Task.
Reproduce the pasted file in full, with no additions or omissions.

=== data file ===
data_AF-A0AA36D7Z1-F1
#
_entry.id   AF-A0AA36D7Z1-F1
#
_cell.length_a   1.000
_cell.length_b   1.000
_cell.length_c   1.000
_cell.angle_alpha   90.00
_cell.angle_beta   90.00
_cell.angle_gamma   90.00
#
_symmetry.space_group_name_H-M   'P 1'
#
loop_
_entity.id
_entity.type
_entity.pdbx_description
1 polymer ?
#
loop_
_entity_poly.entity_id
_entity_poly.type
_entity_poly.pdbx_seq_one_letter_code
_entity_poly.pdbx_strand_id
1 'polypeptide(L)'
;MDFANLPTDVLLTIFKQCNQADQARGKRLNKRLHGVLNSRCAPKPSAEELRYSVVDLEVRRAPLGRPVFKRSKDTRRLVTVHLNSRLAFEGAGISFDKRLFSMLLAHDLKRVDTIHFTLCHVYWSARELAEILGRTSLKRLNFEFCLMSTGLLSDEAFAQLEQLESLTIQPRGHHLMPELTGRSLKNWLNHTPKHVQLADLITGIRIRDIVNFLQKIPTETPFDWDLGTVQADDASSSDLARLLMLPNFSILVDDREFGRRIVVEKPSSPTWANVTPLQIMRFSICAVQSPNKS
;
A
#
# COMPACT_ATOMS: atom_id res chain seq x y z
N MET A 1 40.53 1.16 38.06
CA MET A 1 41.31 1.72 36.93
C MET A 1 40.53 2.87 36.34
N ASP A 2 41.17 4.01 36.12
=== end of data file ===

data_AF-A0AA36D7Z1-F1
#
_entry.id   AF-A0AA36D7Z1-F1
#
_cell.length_a   1.000
_cell.length_b   1.000
_cell.length_c   1.000
_cell.angle_alpha   90.00
_cell.angle_beta   90.00
_cell.angle_gamma   90.00
#
_symmetry.space_group_name_H-M   'P 1'
#
loop_
_entity.id
_entity.type
_entity.pdbx_description
1 polymer ?
#
loop_
_entity_poly.entity_id
_entity_poly.type
_entity_poly.pdbx_seq_one_letter_code
_entity_poly.pdbx_strand_id
1 'polypeptide(L)'
;MDFANLPTDVLLTIFKQCNQADQARGKRLNKRLHGVLNSRCAPKPSAEELRYSVVDLEVRRAPLGRPVFKRSKDTRRLVTVHLNSRLAFEGAGISFDKRLFSMLLAHDLKRVDTIHFTLCHVYWSARELAEILGRTSLKRLNFEFCLMSTGLLSDEAFAQLEQLESLTIQPRGHHLMPELTGRSLKNWLNHTPKHVQLADLITGIRIRDIVNFLQKIPTETPFDWDLGTVQADDASSSDLARLLMLPNFSILVDDREFGRRIVVEKPSSPTWANVTPLQIMRFSICAVQSPNKS
;
A
#
# COMPACT_ATOMS: atom_id res chain seq x y z
N MET A 1 40.53 1.16 38.06
CA MET A 1 41.31 1.72 36.93
C MET A 1 40.53 2.87 36.34
N ASP A 2 41.17 4.01 36.12